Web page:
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News / 07.17.19

Broad Institute launches academic-industrial consortium for cancer dependency studies

By David Cameron

The Cancer Dependency Map Consortium aims to identify new cancer therapy targets and match biomarkers to the patient populations most likely to benefit.

The Cancer Program of the Broad Institute of MIT and Harvard has established a new academic-industrial partnership program, the Cancer Dependency Map (DepMap) Consortium. This new endeavor will support efforts to discover promising treatment targets in cancer as well as biomarkers for identifying patient populations most likely to benefit from ongoing treatment discovery efforts.

The Consortium is an outgrowth of the institute's DepMap project, an ongoing effort to systematically catalog and identify biomarkers of genetic vulnerabilities and drug sensitivities in hundreds of cancer cell lines.

Ten partners from the biotechnology and pharmaceutical industries have already joined the DepMap Consortium, including:

  • AbbVie
  • AstraZeneca
  • Bayer
  • Bristol-Myers Squibb
  • Calico Life Sciences
  • Genentech, a member of the Roche Group
  • GlaxoSmithKline
  • H3 Biomedicine
  • Janssen Biotech, Inc.
  • Repare Therapeutics

"We're poised to map all cancer targets and all patient populations for therapies in development. This goal is bigger than any one institution-we must work together across the research ecosystem as scientific partners to achieve it," said Jesse Boehm, associate director of the Broad Cancer Program and scientific director of the DepMap project. "This is what the DepMap Consortium is trying to make possible, and we're really excited about its launch."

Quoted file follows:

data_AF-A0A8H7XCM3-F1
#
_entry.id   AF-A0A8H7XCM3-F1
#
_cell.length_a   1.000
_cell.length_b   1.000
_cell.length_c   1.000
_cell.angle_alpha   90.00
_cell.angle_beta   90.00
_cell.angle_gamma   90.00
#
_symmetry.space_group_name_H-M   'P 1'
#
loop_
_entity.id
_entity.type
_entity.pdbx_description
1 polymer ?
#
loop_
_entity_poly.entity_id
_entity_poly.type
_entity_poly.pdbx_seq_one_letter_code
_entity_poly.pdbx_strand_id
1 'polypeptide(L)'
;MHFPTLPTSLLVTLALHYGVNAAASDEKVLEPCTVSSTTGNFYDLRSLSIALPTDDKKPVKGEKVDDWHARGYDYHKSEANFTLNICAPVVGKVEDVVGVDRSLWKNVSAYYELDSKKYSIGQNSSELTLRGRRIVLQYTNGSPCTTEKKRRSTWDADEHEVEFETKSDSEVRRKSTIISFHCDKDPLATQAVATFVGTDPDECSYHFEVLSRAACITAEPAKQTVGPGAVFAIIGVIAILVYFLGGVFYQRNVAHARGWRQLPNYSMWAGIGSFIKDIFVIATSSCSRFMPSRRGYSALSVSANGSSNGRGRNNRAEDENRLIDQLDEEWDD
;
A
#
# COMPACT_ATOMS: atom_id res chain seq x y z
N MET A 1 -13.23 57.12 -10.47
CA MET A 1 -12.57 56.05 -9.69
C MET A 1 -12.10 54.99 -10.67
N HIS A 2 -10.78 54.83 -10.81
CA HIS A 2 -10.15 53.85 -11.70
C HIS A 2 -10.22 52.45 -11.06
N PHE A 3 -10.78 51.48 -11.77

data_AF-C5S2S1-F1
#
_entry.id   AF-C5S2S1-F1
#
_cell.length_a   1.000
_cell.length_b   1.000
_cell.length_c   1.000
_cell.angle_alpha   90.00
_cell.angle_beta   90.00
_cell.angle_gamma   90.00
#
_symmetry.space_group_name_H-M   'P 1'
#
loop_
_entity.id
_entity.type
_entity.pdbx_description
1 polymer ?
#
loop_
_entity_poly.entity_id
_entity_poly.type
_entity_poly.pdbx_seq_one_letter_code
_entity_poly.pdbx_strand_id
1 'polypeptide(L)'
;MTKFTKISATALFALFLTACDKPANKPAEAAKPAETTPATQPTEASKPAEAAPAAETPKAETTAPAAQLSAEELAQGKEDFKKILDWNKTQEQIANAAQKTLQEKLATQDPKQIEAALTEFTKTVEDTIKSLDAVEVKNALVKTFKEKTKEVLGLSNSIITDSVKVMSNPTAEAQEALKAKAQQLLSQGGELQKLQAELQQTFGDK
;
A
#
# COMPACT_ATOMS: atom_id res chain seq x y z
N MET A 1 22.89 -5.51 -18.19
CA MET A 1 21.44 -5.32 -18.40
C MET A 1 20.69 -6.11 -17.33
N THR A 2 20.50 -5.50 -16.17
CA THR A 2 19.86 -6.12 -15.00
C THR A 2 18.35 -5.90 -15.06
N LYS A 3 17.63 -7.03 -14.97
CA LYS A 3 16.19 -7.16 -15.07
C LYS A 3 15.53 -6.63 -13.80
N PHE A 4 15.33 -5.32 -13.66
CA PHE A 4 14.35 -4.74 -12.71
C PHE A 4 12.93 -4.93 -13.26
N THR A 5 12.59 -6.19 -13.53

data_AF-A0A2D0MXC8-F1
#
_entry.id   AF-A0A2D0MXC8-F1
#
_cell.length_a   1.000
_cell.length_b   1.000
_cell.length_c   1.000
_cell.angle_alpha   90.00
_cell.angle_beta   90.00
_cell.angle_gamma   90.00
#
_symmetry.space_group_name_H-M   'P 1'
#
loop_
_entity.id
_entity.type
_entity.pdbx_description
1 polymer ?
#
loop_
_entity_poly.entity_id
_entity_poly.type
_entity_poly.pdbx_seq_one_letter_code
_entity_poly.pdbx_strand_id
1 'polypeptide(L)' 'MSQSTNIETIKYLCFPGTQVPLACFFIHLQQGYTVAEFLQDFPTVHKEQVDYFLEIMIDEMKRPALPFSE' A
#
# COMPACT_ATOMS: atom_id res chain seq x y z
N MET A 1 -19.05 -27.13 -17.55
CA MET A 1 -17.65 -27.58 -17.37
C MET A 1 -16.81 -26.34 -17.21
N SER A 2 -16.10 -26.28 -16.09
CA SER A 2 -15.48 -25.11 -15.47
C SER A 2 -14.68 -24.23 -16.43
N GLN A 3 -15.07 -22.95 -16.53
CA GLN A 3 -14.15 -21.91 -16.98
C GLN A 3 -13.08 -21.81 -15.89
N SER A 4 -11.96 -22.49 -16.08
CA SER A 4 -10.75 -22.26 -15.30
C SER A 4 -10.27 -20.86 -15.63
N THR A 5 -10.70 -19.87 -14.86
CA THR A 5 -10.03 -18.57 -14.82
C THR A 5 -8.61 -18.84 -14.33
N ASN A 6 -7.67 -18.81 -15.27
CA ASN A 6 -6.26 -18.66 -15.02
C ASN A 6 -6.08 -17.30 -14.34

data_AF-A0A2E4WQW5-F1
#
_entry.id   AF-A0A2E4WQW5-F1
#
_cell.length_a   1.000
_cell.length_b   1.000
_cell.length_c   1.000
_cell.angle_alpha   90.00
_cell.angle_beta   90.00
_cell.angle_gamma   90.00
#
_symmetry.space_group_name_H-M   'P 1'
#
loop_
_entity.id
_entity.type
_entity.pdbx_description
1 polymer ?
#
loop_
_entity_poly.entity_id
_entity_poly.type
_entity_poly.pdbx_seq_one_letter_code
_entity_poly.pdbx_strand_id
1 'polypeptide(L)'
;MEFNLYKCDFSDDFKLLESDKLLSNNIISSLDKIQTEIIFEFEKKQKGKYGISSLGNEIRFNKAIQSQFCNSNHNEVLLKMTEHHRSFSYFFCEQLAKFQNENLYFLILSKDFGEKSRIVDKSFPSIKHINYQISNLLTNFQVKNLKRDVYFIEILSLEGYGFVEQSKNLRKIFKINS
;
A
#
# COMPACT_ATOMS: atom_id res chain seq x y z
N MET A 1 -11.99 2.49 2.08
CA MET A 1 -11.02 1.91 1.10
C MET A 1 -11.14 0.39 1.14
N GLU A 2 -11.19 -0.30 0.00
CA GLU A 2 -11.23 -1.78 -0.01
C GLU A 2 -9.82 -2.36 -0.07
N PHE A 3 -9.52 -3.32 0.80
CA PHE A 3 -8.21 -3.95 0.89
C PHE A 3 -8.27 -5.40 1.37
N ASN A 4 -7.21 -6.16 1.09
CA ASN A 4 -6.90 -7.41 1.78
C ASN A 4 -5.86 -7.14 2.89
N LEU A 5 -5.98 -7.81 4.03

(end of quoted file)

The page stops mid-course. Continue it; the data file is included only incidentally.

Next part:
Cancer cells adapt to potentially fatal mutations and other molecular malfunctions by adjusting the activity of one or more genes, in the process becoming dependent on those genes for their survival and growth. The resulting dependencies may provide targets for new precision-guided drugs or other cancer treatment strategies. In some cases, they may even be able to be exploited by drugs already in development.

By establishing the Consortium, the institute has created a mechanism for partners in industry to tap the DepMap project's extensive know-how, data, and biological and computational tools for identifying cancer dependencies and help put promising new treatments on the path to the clinic. Consortium partners and DepMap scientists will work together to leverage:

  • genomically-characterized, patient-derived cell line models, curated (and in many instances generated) by the Broad Institute’s Cancer Cell Line Factory and Cancer Cell Line Encyclopedia,
  • massively-parallel compound screens in molecularly-barcoded cell lines using the PRISM method,
  • genome-wide CRISPR loss-of-function "dependency" screens in genomically-characterized cell lines, conducted through Project Achilles by the Broad’s Genetic Perturbation Platform,
  • computational methods and biologist-friendly tools and portals for exploring data, discovering extraordinary dependencies, and finding patient populations with molecular features inducing such dependencies.

The DepMap project releases new collections of dependency data publicly, ahead of publication, on a quarterly basis.

"The DepMap Consortium represents an ideal partnership," said William Hahn, an institute member in the Broad Cancer Program, professor of medicine at Harvard Medical School, chief research strategy officer at Dana-Farber Cancer Institute, and a faculty co-director of the DepMap project. "Our partners will gain insights into technology and targets while enabling the use of data for the entire scientific community."

The DepMap Consortium currently welcomes new partners and opportunities. To learn more, contact Juliana Leung of the Broad Institute's Office of Strategic Alliances and Partnering.